Film Review – Maps to the Stars

Maps to the Stars

Strong sex, strong language, strong violence… Strong pretty much everything permeates Maps to the Stars, David Cronenberg’s brilliantly nasty peek beneath the Hollywood veneer. Non-Cronenberg audiences, consider yourself duly warned.

Still here? In which case, you are probably either a Cronenberg fan, or at least cinematically curious. The Hollywood-as-hell theme has been explored in many memorable movies, from stone cold classics like The Player and Sunset Boulevard (to which this owes a huge debt) to lesser known pictures such as Swimming with Sharks or cult favourites like The Day of the Locust. However Cronenberg has put his own spin on this subgenre, delivering his best film since Eastern Promises.

Two separate plot threads are initially set-up – self-obsessed, has-been actress Havana (Julianne Moore) looking for a comeback role playing, in effect, her own mother, and spoilt child star Benjie Weiss (Evan Bird) emerging from drug rehab – before they are unified by two factors. First Benjie’s father, therapist Stafford (John Cusack), who has Havana as a client. Second Stafford’s estranged daughter Agatha (Mia Wasikowska) who is recommended by Carrie Fisher (playing herself) as a “chore whore” PA to Havana. Agatha is a burns victim whose dark past is eventually revealed, whilst co-incidentally Havana’s actress mother died in a fire.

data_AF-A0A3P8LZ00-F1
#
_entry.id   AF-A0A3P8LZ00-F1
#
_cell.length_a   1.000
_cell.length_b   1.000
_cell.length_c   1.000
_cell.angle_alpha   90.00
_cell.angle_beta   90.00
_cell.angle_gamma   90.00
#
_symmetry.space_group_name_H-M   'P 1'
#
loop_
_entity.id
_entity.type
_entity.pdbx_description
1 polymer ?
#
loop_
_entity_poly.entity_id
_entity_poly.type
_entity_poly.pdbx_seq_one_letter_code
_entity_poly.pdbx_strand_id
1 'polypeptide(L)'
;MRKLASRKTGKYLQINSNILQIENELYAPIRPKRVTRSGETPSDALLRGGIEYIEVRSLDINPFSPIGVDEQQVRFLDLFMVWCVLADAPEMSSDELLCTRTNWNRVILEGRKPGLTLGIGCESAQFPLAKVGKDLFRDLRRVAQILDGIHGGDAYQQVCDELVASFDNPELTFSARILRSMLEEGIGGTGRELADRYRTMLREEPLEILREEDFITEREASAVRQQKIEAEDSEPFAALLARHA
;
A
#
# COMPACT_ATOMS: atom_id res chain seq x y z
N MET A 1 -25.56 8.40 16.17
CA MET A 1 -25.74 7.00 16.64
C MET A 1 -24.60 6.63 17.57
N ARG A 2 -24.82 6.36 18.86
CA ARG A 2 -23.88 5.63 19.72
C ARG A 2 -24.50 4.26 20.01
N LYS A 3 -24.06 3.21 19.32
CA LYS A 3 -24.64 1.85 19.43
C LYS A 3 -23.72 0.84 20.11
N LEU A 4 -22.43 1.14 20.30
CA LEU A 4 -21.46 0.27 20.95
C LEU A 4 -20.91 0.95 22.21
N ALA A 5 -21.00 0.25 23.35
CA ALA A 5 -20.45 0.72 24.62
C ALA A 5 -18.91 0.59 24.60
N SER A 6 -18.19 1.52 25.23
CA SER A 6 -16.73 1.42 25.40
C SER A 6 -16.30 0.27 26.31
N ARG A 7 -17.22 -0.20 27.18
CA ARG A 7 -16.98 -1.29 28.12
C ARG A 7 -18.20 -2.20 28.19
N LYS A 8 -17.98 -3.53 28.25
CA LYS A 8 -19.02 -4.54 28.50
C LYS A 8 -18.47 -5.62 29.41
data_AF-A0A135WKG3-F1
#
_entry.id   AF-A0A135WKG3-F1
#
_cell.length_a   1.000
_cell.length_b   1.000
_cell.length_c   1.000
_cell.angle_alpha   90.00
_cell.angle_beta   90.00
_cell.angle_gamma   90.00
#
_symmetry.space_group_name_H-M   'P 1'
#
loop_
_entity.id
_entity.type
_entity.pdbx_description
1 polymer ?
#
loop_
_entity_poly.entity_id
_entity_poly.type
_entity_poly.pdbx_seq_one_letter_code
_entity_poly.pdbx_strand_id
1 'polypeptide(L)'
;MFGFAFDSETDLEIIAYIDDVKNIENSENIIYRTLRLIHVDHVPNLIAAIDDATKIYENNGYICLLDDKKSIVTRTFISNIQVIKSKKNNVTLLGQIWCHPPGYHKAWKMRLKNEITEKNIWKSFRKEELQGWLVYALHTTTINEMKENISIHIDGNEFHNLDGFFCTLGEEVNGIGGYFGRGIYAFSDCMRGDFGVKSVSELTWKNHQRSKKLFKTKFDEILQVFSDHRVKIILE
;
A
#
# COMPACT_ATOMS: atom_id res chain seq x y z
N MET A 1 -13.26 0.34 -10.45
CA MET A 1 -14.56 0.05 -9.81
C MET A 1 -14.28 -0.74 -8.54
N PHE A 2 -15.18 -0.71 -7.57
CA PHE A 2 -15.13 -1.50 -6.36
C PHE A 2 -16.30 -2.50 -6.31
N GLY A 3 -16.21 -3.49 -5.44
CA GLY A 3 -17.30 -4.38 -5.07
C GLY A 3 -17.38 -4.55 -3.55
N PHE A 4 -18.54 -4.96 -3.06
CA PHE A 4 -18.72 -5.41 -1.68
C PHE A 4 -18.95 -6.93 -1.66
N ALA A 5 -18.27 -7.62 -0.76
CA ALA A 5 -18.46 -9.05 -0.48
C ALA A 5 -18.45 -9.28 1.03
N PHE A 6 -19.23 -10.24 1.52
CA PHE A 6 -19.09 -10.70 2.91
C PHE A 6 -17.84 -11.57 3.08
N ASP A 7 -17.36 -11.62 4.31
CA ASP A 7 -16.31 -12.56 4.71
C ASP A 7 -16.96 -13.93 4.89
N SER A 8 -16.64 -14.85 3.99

Havana is regularly tormented by manifestations of her dead (and much younger) mother, but that is merely the beginning of a downward spiral of hallucination, madness, incest, murder, more murder and more incest. In fact, Cronenberg’s tremendous achievement here is that the most sympathetic character in the entire plot is a schizophrenic pyromaniac killer. That the Hollywood types around this character are so much more abhorrent is, alas, all too believable. This is clearly a cautionary morality tale of sorts, although the weapons grade cruelty on display is also savagely funny if you can stomach Bruce Wagner’s sulphuric acid screenplay. Performances are uniformly excellent, with Julianne Moore a particular stand out. In addition to the afore-mentioned supporting cast, there are good bit parts for Olivia Williams and Robert Pattinson.

All that said, I must re-emphasise that there are many bitter bills to swallow in Maps to the Stars. It is absolutely not for everyone, but it is a very good film for the not-easily-offended crowd. Come armed with a very dark sense of humour.

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